The game is top down, I just chose a screenshot that looked appealing. You walk on a grid-based terrain, square by square. There are essentially no* timed elements, so you get the opportunity to think your way through the levels. You work through fairly standard mechanics, finding keys to match doors, riding moving platforms, avoiding enemies that chase after you, avoiding things shooting arrows at you, collapsing tiles, etc. If you know the type of game this is, you know the type of mechanics you'll get.

I think what appeals to me is that the levels really do feel like old-timey puzzles to me. Most of the levels feature large amounts of collapsing tiles that you can only step on once. While there may be multiple paths through the level, there's probably only one path that will let you collect all the coins while doing so. It was fun to redo levels and really unpack the way they flowed and visualize Hamilton moving through them, finding the perfect path. You don't need to be a genius to play this game, in fact it's easier than most puzzle games. But it's rewarding when you understand how every component of the level fits together and get the job done.

The game looks great and is well presented. THe music is good, the characters are cute, but most important the levels are very well designed and there are lots of them. When I say lots of them, I mean around 50 or so, it's not one of those puzzle games with enormous amounts of padding.

The game doesn't seem epic enough in scope to win game of the year, but it's my game of the year. What I can tell you is that I've recommended it to a lot of people, some of whom have very similar tastes to me and some of whom don't, and all of them agreed with me that the game was a great execution of its genre. If it sounds like the kind of thing you might like, you'll love it. The game is $10 and was also released on PS3, I gather with Move support.

If you do decide to pick up any games based on my recommendation, please PM me as you play them, whether you love them or hate them. I feel like I've done a good job explaining what I like about these games and why I've chosen them. You might not agree, and it's clear that my tastes are not all about polished hyper high profile cinematic action games, so if that's what you like, you might not like these. All the games I've chosen are cheap or free. I'd also love for anyone who reads this and thinks I've said something wrong, right, or interesting to reply. I finished about 75 games in 2011, many of which were 2011 releases, so if you're wondering what I thought of Shadows of the Damned, Tintin, Arkham City, Duke Nukem Forever, Red Faction Armageddon, Homefront, Resistance 3, or any other games, just ask. I own every console including 3DS. My 2010 game of the year-in-2011 was Deadly Premonition. My 2010 game of the year was VVVVVV. My full ballot from last year is available here.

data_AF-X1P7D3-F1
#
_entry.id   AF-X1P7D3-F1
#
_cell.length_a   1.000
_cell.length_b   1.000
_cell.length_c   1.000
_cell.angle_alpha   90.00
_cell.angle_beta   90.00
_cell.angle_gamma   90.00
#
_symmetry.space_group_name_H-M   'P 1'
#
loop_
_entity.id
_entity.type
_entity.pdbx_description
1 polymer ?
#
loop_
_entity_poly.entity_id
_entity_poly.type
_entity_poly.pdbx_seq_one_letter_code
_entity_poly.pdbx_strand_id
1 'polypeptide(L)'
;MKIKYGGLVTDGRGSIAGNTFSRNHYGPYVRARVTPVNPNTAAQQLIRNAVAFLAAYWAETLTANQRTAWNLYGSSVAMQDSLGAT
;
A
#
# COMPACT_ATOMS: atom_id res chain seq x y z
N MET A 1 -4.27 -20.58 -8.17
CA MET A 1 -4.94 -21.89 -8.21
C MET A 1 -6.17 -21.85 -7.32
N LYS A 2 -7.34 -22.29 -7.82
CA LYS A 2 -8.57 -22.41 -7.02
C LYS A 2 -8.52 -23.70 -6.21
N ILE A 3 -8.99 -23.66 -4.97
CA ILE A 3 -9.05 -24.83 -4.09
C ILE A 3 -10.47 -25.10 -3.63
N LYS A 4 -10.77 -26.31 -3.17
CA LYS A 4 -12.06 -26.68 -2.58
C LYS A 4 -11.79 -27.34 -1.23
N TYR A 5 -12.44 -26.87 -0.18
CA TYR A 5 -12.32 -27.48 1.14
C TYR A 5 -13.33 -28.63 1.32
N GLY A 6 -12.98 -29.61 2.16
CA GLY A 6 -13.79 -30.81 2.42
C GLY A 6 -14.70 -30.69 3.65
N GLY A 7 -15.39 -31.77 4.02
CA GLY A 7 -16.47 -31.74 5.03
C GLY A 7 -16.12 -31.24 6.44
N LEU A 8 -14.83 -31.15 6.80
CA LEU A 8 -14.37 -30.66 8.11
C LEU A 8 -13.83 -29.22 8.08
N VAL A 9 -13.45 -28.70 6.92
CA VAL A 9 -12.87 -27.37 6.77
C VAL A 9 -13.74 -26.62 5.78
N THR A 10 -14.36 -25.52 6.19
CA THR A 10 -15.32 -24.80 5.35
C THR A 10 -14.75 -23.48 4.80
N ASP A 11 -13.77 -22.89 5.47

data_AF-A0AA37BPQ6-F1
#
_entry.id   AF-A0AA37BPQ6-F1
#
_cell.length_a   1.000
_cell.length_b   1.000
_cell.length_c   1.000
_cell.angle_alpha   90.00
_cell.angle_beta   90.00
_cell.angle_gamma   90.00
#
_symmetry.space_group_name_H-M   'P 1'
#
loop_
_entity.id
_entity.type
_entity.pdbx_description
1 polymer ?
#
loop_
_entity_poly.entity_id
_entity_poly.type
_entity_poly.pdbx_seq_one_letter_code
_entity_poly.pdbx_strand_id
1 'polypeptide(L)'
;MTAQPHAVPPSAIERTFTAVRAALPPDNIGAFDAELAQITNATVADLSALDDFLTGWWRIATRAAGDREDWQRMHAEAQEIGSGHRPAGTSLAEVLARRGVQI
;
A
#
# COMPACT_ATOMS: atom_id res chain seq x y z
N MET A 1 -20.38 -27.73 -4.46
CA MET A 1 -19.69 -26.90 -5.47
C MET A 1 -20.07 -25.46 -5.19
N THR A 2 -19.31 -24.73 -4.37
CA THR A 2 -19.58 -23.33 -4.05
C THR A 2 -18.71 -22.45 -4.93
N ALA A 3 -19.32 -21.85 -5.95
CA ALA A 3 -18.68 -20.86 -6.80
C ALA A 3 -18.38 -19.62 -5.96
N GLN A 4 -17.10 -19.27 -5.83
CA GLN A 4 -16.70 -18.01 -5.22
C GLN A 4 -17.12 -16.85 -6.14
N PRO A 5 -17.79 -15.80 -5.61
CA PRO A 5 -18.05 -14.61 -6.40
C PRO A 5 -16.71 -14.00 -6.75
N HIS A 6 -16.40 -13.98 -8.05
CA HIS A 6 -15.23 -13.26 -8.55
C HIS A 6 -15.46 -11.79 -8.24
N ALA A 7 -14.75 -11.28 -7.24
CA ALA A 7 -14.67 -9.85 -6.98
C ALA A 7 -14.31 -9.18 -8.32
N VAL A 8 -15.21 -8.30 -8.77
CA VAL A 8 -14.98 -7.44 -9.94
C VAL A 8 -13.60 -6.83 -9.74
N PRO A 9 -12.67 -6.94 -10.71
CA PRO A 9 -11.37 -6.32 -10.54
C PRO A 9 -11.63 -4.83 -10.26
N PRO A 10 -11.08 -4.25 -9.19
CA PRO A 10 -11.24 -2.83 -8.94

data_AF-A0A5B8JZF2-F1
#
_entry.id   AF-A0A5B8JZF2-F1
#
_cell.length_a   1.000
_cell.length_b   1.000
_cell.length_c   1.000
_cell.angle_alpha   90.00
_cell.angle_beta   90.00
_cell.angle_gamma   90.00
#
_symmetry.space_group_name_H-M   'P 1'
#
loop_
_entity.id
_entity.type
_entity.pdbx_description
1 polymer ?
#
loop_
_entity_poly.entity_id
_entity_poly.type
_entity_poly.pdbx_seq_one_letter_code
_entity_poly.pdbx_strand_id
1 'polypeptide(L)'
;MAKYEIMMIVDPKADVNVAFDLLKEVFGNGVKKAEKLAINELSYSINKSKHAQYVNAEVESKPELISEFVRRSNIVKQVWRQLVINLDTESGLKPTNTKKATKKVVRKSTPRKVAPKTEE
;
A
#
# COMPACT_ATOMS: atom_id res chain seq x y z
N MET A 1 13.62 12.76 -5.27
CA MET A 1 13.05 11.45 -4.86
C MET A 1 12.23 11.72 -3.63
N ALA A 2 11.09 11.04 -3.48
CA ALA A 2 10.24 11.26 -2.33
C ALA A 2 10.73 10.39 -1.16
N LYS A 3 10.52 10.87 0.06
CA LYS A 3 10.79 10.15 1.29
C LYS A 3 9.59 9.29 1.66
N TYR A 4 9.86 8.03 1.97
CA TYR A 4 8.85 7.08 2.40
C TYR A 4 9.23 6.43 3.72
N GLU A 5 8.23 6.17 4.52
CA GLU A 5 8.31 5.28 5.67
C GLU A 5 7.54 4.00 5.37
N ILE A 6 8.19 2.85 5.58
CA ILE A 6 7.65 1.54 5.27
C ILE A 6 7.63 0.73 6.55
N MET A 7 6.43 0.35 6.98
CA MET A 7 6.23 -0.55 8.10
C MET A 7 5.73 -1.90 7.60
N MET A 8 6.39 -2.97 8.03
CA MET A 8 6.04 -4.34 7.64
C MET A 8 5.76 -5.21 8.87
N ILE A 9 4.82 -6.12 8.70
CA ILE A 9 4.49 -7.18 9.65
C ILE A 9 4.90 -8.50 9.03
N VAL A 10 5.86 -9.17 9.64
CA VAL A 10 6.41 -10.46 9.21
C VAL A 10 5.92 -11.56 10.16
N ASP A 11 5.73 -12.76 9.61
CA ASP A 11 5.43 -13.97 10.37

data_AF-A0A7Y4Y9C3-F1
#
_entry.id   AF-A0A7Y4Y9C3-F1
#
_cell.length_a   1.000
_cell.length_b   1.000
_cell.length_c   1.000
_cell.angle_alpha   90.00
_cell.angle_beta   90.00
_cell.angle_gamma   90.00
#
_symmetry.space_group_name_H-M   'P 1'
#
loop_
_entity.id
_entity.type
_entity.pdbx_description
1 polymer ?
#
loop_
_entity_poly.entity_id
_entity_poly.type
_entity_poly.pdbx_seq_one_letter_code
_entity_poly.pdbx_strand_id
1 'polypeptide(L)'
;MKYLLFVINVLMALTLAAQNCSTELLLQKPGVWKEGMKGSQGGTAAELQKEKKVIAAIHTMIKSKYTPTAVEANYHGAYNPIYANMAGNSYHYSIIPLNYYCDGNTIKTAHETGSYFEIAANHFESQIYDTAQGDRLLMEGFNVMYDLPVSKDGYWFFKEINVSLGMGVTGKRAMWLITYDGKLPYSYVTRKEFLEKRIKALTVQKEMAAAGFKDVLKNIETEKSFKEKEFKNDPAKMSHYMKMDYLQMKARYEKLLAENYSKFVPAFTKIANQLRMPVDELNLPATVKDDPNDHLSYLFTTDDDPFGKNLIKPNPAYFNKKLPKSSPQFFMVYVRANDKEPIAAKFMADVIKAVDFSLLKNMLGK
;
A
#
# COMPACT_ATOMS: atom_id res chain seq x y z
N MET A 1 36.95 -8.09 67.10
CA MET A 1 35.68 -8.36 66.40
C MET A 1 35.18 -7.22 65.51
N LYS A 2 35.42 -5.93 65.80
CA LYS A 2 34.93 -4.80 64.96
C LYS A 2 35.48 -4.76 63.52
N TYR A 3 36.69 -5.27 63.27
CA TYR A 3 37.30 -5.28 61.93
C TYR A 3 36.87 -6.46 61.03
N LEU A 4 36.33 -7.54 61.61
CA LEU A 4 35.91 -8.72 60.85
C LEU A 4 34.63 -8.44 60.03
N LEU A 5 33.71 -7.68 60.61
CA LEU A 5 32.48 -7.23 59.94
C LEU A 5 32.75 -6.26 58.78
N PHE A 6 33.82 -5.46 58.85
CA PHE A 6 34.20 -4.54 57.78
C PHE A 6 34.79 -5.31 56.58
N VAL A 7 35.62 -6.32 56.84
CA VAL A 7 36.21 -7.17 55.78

Official Vote
1. Hamilton's Great Adventure
2. Adventures of Shuggy
3. Bastion
4. You Don't Know Jack
5. Tiny Tower
6. Stacking
7. Bulletstorm
8. Portal 2
9. ilomilo
10. Ascension: Chronicle of the Godslayer
 
Feb 10, 2006
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Excellent list, great work describing what made those games for you, it was a good read, even if I don't always agree (referring to Bastion here). I demand request you do a three paragraph+ write-up of why Homefront is amazing.

Also, no 2010 GOTY choice?
 
EDIT: I added one more, hope that is ok.

1) Portal 2

With witty and hilarious dialogue, a great soundtrack, and great pacing Portal 2 is my personal game of the year.

2) Catherine

Excellent soundtrack, great art style, great cutscenes, good difficulty level, and the puzzles were fun (but got a little tedious) as well.

3) Batman: Arkham City

Added enough to make it feel like a new game, but improved on what was needed, Rocksteady made you feel like the Dark Knight. I enjoyed the big cast of villians and cameos I didn't expect.

4) The Legend of Zelda: Skyward Sword

It felt like the origins story it needed to be. Although I think the art style wasn't the most ideal choice (But it is supposed to be blurry at long distances! blah blah doesn't mean it couldn't have been improved/look better). Motion plus offered slower paced combat and a more difficult experience, which I have been craving for a long time in a Zelda game. Good music as always. Spent about 30-35 hours on my playthrough.

5) Resistance 3

Great atmosphere, much improved story over Resistance 2. Good soundtrack, excellent pacing, great coop.

6) Rage

I enjoyed myself consistently during Rage. Nothing special about it, and I know most people won't agree with me here, it is a personal top 5 GOTY.


Games I haven't played, but feel as though I would have vouched for them if I had played them:

Elder Scrolls V: Skyrim
Bastion
 

Stumpokapow

listen to the mad man
May 21, 2006
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Kabouter said:
I demand request you do a three paragraph+ write-up of why Homefront is amazing.